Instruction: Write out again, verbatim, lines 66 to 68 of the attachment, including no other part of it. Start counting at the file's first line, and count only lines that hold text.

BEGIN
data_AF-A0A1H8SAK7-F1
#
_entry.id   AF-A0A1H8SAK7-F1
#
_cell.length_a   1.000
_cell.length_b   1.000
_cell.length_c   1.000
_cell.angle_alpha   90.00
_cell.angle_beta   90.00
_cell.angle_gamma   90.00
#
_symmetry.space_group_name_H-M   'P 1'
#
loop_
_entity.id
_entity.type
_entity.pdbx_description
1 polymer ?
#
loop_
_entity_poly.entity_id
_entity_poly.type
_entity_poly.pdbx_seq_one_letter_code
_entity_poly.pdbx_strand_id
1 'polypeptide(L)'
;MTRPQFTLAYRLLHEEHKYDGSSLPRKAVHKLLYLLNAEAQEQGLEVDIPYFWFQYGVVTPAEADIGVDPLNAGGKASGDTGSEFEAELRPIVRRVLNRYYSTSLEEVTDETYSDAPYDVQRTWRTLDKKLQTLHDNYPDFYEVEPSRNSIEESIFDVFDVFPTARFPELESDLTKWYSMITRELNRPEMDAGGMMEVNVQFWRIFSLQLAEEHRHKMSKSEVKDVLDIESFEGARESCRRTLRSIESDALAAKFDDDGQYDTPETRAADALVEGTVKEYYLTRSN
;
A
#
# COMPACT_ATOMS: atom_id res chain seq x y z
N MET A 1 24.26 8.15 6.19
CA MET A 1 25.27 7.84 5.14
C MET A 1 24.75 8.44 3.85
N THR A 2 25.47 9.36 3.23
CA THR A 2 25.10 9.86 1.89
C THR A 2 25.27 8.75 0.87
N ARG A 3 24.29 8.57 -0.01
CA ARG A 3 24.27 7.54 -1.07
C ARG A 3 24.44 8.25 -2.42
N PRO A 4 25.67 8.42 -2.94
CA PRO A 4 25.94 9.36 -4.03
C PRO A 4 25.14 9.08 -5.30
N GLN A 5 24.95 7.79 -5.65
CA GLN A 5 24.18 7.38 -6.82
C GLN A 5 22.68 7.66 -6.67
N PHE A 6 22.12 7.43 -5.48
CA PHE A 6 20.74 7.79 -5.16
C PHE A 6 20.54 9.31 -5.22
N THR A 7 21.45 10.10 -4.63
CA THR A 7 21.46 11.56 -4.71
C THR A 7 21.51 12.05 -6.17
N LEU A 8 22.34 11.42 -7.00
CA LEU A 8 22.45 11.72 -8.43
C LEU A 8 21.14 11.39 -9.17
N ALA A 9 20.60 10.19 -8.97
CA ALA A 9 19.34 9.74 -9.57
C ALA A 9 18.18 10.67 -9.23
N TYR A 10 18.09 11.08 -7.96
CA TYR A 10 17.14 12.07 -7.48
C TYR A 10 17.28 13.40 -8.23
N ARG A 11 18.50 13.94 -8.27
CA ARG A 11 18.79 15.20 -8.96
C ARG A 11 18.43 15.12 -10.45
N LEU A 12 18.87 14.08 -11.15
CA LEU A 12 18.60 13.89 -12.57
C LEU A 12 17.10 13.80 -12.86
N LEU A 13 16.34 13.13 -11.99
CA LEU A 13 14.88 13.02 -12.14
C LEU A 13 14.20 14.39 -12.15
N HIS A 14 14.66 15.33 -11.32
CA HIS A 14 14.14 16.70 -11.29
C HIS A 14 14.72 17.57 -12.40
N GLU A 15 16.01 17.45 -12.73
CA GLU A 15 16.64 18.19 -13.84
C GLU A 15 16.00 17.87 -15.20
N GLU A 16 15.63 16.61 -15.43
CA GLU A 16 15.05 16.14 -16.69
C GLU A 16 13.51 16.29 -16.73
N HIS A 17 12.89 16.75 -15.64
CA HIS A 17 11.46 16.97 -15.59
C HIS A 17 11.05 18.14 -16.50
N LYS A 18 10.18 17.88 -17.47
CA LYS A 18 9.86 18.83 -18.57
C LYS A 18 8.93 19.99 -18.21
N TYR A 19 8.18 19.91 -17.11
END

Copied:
C LEU A 12 17.10 13.80 -12.86
N LEU A 13 16.34 13.13 -11.99
CA LEU A 13 14.88 13.02 -12.14